excerpt

[noun ek-surpt; verb ik-surpt, ek-surpt]
verb (used with object)
  1. to take or select (a passage) from a book, film, or the like; extract.
  2. to take or select passages from (a book, film, or the like); abridge by choosing representative sections.

Origin of excerpt

1375–1425; late Middle English < Latin excerptus (past participle of excerpere to pick out, pluck out), equivalent to ex- ex-1 + -cerp- (combining form of carpere to pluck) + -tus past participle suffix
Related formsex·cerpt·er, ex·cerp·tor, nounex·cerpt·i·ble, adjectiveex·cerp·tion, nounun·ex·cerpt·ed, adjective

Synonyms for excerpt

Dictionary.com Unabridged Based on the Random House Unabridged Dictionary, © Random House, Inc. 2018

British Dictionary definitions for excerption

excerpt

noun (ˈɛksɜːpt)
  1. a part or passage taken from a book, speech, play, etc, and considered on its own; extract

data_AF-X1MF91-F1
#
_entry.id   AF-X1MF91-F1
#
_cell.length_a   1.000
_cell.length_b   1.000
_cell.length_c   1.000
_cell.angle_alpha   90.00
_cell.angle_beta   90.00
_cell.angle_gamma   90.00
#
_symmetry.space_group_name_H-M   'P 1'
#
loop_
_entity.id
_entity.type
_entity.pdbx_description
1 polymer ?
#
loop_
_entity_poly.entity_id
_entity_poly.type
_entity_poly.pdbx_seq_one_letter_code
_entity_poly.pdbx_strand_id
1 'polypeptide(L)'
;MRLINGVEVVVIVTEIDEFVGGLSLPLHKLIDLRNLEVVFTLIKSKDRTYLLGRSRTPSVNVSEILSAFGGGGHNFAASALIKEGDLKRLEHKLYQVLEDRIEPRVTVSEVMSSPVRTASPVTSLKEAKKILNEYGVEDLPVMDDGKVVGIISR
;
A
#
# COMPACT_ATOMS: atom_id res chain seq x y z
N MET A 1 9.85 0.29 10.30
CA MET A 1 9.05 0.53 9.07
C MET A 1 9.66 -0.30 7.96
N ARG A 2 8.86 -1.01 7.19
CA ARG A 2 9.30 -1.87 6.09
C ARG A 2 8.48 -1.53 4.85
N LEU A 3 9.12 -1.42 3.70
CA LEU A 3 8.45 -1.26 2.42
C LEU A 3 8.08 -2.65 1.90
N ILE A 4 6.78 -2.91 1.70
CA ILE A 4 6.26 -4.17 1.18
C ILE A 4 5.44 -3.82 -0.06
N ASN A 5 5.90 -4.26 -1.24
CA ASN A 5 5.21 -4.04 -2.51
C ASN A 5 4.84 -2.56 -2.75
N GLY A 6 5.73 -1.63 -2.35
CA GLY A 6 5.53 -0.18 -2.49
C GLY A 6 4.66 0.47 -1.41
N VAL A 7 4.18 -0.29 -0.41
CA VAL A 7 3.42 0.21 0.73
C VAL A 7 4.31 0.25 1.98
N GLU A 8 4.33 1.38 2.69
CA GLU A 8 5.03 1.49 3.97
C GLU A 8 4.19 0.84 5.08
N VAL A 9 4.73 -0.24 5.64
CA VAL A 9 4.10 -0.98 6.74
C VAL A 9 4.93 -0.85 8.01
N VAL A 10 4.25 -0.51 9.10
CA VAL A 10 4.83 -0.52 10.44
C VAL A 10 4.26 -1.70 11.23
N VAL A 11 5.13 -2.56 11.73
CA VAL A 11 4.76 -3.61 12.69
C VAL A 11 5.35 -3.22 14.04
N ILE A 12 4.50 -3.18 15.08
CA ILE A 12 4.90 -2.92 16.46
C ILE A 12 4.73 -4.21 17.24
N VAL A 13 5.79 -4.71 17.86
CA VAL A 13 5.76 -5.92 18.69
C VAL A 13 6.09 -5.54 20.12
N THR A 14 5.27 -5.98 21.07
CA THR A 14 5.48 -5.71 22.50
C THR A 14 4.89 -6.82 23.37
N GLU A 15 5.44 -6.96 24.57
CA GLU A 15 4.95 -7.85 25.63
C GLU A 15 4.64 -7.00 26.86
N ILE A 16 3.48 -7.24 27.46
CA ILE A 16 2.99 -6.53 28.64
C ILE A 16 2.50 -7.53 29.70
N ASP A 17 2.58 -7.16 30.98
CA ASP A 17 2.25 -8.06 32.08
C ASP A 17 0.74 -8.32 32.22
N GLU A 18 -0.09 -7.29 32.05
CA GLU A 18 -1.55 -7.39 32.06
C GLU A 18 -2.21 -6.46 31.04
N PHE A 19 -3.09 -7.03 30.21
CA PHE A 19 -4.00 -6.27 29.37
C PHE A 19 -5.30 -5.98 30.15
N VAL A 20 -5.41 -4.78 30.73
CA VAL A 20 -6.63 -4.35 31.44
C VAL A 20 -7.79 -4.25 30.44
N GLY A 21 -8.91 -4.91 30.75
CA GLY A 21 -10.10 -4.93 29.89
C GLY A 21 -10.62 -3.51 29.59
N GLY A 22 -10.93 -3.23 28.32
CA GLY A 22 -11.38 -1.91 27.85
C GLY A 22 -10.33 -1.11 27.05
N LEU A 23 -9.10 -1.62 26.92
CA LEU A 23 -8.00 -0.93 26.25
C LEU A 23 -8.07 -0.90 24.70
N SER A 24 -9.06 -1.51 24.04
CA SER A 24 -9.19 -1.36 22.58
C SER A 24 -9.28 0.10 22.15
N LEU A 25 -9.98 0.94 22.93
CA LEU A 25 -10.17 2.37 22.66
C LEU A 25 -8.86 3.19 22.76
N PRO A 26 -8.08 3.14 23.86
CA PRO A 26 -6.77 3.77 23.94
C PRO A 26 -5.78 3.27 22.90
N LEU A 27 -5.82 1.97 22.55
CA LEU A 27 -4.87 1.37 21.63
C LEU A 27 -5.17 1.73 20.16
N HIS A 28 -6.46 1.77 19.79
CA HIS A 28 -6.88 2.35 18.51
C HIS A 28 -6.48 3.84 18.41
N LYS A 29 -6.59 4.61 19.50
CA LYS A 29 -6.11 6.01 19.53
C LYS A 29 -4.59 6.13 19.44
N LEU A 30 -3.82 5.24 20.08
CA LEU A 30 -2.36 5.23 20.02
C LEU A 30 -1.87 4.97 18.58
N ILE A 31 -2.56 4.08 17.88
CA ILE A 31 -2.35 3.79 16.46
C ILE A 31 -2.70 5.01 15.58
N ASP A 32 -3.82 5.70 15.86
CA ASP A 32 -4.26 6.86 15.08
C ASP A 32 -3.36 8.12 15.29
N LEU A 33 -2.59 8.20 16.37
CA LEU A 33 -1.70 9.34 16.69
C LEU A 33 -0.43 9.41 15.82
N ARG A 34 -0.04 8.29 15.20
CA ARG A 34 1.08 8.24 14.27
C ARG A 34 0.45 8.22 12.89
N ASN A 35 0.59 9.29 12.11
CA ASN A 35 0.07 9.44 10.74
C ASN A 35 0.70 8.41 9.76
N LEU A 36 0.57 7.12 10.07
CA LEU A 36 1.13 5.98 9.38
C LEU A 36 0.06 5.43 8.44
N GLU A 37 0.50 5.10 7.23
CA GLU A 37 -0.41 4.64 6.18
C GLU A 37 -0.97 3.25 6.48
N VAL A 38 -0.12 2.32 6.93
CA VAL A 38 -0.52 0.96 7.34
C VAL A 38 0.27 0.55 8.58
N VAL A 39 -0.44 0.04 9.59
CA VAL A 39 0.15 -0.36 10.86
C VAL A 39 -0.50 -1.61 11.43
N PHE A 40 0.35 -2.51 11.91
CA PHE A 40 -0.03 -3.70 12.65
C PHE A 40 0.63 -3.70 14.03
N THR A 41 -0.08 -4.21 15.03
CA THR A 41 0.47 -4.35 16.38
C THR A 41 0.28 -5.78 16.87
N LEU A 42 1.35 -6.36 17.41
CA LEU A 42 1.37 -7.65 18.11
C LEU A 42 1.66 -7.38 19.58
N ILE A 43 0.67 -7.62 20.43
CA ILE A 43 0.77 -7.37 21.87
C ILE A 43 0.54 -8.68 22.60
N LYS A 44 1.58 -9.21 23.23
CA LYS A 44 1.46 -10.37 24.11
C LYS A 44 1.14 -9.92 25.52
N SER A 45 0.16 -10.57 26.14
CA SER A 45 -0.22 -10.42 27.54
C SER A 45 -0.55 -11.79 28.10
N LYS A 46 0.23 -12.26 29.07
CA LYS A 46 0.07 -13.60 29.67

verb (ɛkˈsɜːpt)
  1. (tr) to take (a part or passage) from a book, speech, play, etc
Derived Formsexcerptor, nounexcerptible, adjectiveexcerption, noun

Word Origin for excerpt

C17: from Latin excerptum, literally: (something) picked out, from excerpere to select, from carpere to pluck
Collins English Dictionary - Complete & Unabridged 2012 Digital Edition © William Collins Sons & Co. Ltd. 1979, 1986 © HarperCollins Publishers 1998, 2000, 2003, 2005, 2006, 2007, 2009, 2012

Word Origin and History for excerption

excerpt

v.

early 15c. (implied in excerpte), from Latin excerptus, past participle of excerpere "pluck out, pick out, extract, excerpt," from ex- "out" (see ex-) + carpere "pluck, gather," from PIE *kerp- "to gather, pluck, harvest" (see harvest (n.)). Related: Excerpted; excerpting.

excerpt

n.

1630s, from Latin excerptum "an extract, selection," noun use of neuter past participle of excerpere (see excerpt (v.)). Related: excerpts.

Online Etymology Dictionary, © 2010 Douglas Harper